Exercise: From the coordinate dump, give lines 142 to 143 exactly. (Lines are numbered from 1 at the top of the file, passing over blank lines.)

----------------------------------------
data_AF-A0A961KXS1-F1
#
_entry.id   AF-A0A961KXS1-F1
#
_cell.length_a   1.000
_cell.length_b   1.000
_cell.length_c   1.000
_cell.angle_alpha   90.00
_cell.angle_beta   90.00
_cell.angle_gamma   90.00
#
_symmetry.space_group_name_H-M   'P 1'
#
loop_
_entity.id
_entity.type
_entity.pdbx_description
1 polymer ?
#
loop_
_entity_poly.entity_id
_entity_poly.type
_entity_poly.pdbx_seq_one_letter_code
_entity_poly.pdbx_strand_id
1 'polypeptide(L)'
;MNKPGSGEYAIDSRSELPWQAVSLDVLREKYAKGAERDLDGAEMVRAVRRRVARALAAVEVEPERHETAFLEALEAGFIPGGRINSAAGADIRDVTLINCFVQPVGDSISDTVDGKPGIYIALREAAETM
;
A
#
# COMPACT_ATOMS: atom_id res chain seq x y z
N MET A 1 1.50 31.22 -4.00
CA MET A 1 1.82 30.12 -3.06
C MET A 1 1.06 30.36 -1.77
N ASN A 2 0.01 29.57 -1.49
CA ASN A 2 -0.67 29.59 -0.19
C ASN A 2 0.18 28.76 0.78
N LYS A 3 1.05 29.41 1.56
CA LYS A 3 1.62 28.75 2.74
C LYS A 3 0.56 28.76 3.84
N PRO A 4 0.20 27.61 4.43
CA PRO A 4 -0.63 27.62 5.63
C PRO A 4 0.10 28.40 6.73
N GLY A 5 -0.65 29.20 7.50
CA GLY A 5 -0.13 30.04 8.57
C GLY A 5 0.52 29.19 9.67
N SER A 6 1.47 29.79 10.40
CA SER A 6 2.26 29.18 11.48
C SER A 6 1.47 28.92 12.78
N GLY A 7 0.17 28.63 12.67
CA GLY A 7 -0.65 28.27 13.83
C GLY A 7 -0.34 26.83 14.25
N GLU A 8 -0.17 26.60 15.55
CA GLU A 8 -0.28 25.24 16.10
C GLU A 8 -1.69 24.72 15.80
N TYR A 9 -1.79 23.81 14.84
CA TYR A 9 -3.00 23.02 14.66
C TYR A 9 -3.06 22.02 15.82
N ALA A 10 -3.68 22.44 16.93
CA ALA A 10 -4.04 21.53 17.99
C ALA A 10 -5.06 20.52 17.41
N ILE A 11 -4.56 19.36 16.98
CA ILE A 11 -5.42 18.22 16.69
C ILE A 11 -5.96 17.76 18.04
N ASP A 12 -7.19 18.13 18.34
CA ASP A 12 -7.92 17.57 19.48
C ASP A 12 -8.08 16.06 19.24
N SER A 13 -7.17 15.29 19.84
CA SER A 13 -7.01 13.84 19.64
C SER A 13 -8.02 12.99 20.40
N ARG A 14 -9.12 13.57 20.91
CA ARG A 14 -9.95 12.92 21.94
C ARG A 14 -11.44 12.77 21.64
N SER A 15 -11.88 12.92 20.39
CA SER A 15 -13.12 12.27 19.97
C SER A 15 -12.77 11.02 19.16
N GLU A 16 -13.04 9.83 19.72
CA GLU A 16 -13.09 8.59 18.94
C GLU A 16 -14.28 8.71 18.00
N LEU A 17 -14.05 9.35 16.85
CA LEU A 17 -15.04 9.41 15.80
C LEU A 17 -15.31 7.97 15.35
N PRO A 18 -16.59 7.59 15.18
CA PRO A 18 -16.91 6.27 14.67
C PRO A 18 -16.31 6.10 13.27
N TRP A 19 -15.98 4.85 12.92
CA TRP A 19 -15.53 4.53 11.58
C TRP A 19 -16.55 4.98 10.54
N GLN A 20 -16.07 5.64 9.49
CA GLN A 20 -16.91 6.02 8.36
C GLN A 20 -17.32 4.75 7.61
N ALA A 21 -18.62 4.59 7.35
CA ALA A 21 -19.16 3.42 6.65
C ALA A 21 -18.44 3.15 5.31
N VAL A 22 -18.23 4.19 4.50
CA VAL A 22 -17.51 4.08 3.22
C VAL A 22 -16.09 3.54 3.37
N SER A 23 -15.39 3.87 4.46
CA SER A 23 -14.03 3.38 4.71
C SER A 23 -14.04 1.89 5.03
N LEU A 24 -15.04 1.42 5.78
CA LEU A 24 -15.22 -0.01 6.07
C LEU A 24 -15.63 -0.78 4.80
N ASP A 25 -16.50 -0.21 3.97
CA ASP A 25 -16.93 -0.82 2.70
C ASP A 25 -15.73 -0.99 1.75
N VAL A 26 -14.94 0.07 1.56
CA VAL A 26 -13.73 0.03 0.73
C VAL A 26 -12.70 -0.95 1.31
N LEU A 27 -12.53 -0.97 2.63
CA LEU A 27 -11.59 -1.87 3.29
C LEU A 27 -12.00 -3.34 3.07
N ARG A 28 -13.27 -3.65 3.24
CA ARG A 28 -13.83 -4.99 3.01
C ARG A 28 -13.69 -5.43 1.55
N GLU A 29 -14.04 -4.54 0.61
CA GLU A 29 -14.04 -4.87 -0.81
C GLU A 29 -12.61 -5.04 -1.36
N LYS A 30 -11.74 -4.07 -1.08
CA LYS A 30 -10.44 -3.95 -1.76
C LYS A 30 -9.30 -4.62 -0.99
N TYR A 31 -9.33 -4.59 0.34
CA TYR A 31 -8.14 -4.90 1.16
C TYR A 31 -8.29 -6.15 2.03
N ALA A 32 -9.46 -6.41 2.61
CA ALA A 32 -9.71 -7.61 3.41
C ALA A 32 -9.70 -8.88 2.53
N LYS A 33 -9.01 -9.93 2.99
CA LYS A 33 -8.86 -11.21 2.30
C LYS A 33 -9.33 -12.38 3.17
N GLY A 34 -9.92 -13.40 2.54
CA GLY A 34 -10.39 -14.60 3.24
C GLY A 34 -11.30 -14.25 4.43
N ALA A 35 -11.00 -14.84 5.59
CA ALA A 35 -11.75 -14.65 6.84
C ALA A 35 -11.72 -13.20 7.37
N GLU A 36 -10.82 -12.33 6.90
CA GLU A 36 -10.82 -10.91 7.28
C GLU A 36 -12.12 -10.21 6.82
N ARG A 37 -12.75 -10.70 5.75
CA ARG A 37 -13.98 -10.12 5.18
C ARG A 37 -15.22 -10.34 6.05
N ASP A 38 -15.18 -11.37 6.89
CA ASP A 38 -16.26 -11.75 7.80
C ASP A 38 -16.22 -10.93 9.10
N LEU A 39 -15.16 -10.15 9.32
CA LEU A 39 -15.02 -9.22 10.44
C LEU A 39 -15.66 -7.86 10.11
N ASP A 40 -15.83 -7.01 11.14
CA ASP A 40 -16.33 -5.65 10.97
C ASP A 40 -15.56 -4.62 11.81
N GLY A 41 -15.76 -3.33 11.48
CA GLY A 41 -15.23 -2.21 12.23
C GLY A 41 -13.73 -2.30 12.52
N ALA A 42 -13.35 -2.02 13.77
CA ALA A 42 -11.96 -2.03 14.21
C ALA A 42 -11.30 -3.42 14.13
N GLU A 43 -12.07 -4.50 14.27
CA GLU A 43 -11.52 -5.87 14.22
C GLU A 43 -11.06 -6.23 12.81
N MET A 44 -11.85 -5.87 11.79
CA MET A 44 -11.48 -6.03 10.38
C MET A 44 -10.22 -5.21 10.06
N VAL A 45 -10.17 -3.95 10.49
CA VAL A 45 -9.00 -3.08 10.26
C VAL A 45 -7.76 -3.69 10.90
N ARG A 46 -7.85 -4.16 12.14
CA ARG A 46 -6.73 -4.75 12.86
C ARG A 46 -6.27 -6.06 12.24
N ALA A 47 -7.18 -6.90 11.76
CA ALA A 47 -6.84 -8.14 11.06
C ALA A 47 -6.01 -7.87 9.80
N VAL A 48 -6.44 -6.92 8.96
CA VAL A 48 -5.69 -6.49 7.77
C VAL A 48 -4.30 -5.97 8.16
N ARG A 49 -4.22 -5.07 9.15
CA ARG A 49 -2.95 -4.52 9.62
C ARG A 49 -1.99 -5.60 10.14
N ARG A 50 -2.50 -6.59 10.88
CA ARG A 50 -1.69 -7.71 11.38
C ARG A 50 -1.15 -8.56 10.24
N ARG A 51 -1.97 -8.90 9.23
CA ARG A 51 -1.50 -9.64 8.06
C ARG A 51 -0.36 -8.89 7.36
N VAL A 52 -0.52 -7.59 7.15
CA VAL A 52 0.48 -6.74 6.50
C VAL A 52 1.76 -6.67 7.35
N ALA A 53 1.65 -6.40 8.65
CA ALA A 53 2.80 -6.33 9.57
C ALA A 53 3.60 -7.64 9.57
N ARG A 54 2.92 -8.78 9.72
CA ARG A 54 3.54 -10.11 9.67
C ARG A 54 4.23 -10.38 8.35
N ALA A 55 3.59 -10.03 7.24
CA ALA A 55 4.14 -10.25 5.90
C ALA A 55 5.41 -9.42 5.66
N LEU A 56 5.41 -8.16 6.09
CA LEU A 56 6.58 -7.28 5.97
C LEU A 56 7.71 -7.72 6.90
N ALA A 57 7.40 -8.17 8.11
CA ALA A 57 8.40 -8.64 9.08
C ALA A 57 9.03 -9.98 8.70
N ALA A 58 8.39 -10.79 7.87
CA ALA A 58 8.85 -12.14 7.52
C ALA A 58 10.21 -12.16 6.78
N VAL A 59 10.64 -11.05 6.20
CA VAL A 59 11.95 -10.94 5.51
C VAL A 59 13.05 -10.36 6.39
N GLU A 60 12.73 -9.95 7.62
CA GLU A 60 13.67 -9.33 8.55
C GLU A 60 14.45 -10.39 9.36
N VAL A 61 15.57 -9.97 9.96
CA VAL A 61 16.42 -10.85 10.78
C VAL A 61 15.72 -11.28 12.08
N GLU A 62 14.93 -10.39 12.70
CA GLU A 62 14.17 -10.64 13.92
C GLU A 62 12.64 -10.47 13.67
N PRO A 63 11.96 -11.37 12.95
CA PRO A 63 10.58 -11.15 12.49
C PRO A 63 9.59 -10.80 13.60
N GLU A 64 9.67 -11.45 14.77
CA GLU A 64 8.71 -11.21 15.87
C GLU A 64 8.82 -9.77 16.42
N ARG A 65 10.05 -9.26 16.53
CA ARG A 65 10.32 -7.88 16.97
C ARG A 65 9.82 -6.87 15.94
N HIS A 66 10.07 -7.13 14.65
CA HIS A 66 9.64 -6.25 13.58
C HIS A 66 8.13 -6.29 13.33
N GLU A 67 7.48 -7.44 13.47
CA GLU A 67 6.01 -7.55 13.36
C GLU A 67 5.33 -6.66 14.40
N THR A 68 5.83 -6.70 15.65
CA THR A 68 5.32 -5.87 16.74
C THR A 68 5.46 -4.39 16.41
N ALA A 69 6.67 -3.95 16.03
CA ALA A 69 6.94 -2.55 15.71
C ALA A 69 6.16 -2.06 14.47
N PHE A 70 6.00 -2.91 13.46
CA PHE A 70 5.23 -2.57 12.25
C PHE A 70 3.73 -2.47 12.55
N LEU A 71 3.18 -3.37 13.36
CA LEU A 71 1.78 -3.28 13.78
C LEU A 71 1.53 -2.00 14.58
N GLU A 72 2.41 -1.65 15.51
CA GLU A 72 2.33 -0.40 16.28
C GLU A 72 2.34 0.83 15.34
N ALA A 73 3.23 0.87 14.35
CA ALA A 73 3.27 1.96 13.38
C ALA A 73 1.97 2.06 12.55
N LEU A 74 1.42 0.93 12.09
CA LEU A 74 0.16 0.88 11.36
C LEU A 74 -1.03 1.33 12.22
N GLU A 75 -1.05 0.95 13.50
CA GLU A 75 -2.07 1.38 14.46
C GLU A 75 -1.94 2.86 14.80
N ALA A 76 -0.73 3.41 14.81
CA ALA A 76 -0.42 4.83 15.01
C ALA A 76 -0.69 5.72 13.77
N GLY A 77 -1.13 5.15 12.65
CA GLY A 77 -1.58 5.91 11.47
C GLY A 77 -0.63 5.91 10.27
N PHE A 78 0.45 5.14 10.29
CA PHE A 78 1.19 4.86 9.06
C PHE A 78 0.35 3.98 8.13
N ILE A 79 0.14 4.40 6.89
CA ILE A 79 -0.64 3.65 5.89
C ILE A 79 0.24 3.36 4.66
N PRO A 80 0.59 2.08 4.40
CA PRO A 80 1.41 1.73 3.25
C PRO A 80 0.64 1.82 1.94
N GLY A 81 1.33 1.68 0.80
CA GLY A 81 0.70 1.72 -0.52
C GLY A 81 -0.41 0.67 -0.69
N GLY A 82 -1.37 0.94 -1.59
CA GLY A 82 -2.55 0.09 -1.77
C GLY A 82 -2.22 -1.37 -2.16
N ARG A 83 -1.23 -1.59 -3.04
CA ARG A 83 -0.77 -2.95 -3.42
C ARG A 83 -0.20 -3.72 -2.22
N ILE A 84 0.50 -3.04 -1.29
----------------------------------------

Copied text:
N ASP A 38 -15.18 -11.37 6.89
CA ASP A 38 -16.26 -11.75 7.80